Commerzbank’s rate-shock loss sensitivity rises 33%

Bank’s liabilities modelled to reprice faster than assets in a 200bp parallel hike scenario

Commerzbank’s loss sensitivity to an upward interest rate shock widened 33% in the third quarter, a sign the bank’s liabilities were increasingly informed by yield-curve developments.

The lender modelled a €2.7 billion ($2.9 billion) drop in the present value of its end-September balance sheet should yields across all maturities instantaneously rise 200 basis points, compared with €2 billion at end-June.


It was the most liability sensitive Commerzbank has been since Q3 2021, when the same shock stood to produce a €2.8 billion loss in what is known as the bank’s economic value of equity (EVE).

The most recent figure equated to 9.5% of Tier 1 capital, up from little more than 7.2% at end-June. If EVE drops by an amount higher than 20% of Tier 1 capital, the bank is flagged as an outlier and can face regulatory intervention.

Sensitivity also increased in the downward scenario, albeit not to the same extent. The bank forecast a 200bp instant cut in rates to boost EVE by €1.1 billion at end-September, or 3.7% of Tier 1 capital, compared with €938 million and 3.3% at end-June.

What is it?

Interest rate risk in the banking book (IRRBB) is the risk posed by adverse movements in interest rates that cause a mismatch between the rates that banks set on customer loans and on deposits. The mismatch would subsequently bite into a bank’s net interest income, as well as affect the economic value of equity, which is derived by discounting future cash inflows and outflows.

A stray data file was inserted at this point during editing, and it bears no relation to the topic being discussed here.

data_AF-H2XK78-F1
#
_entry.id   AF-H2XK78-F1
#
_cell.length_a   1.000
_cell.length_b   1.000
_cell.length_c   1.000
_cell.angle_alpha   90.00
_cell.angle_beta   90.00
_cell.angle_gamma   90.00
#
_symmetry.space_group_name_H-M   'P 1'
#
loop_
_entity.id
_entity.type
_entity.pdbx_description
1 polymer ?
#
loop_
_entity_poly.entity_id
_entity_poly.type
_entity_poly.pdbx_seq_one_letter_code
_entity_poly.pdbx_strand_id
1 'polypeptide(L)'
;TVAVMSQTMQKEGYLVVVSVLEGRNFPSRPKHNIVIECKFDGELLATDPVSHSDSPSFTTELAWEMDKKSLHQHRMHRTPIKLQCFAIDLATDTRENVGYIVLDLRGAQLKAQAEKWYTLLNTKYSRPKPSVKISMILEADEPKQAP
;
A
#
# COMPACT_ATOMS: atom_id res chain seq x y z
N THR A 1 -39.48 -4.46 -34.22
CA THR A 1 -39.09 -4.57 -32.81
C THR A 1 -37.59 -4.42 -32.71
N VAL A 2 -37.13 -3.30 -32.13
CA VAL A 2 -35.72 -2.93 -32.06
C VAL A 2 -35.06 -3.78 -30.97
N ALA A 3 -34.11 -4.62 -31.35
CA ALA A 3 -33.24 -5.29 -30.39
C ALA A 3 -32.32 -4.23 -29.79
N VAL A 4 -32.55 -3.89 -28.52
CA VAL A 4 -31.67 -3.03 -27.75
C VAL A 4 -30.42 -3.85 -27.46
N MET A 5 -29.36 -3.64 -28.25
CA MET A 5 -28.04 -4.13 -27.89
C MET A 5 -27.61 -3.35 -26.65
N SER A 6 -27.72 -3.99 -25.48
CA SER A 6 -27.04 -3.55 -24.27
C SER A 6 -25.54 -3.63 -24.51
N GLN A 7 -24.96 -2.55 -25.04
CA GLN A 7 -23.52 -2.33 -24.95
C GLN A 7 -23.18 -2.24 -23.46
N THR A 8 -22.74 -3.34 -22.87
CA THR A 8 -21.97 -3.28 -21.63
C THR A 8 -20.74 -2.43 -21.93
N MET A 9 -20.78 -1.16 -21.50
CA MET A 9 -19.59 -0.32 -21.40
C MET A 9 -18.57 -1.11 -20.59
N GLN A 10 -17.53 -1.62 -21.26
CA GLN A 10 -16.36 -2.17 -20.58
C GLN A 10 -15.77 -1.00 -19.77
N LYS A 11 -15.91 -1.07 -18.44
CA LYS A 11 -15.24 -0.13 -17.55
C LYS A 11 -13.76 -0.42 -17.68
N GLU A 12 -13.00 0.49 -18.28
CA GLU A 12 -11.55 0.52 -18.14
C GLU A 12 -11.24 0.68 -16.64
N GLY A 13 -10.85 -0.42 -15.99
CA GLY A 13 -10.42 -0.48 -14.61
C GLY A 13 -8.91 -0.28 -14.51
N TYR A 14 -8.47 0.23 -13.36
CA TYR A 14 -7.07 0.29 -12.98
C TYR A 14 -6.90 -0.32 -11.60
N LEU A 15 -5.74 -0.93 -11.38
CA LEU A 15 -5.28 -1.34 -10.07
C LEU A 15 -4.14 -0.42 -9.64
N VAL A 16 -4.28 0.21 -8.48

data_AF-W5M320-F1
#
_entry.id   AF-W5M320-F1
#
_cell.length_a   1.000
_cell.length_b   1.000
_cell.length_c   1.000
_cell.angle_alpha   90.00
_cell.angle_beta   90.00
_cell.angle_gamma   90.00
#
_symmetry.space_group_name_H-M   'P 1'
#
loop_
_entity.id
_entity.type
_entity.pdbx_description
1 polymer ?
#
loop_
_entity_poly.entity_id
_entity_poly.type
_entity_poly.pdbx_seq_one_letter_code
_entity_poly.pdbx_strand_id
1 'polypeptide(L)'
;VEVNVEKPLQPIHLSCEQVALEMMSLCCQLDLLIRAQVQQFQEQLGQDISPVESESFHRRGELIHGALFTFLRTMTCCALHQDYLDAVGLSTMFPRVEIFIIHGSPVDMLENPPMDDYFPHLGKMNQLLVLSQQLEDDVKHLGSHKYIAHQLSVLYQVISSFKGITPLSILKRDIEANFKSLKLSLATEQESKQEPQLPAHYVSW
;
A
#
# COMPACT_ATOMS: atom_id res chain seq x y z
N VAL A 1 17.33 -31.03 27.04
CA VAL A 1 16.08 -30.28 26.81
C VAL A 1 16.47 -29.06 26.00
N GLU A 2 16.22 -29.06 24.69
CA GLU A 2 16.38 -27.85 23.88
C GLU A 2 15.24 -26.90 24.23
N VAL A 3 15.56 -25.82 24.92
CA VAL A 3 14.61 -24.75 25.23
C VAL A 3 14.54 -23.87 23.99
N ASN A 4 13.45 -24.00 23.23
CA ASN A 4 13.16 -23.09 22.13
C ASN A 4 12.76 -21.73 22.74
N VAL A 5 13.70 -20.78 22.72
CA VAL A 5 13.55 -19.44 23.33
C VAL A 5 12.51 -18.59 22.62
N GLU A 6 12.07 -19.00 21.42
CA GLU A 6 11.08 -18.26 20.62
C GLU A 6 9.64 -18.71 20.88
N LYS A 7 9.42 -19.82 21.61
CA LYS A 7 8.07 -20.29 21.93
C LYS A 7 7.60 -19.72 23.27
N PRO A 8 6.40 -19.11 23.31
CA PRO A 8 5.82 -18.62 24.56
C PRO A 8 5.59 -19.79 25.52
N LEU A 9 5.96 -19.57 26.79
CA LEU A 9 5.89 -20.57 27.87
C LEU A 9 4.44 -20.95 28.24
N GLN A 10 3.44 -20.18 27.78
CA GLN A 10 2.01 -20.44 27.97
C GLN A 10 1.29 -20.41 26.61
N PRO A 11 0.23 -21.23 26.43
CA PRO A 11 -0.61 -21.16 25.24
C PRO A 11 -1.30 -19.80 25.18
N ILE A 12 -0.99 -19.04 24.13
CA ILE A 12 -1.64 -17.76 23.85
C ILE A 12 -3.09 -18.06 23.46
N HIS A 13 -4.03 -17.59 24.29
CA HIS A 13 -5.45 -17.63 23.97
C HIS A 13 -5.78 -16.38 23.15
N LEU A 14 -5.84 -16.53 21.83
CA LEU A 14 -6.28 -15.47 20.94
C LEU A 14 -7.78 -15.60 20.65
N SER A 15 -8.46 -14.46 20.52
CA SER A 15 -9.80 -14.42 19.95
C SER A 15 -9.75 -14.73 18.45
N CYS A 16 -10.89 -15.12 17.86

Current European Banking Authority guidelines in place since 2019 require banks to model the change in EVE under two symmetrical 200bp shock scenarios and compare it to a baseline forecast. An updated set of guidelines, drafted in October 2022 and currently undergoing scrutiny by European Union lawmakers, subjects EVE to the same six scenarios used to test net interest income.

An EVE drop higher than 20% of Tier 1 capital in any simulation – to be lowered to 15% under the updated guidelines – can warrant closer scrutiny or remedial action by regulators, for instance in the form of higher Pillar 2 buffers. However, it does not mechanically trigger additional capital requirements.

Why it matters

A negative EVE impact from higher rates is a well-known structural feature of eurozone banks. But the latest jump in Commerzbank’s sensitivity may be testament to the sweeping rejigs undertaken by banks, in terms of both modelling and balance sheet composition.

An ebbing EVE in an upward shock scenario means that, in essence, Commerzbank’s liabilities would reprice in line with higher rates faster than its assets. Perhaps a part of these has exhausted capacity to absorb further climbs in yields. The bank may also be incorporating new assumptions about savers’ behaviour, thus driving the so-called deposit beta – the rate at which hikes in interest rates are passed to depositors – higher.

But higher liability sensitivity may also point to Commerzbank positioning for the peak of the rate-tightening cycle. Chief financial officer, Bettina Orlopp, told analysts on November 8 that the bank sees eurozone interest rates staying put for now, before declining to 3% by 2027. The bank could be making sure that, as soon as yields retreat, liabilities can reprice in line with cheaper rates, while loan income remains in the wake of current tailwinds.

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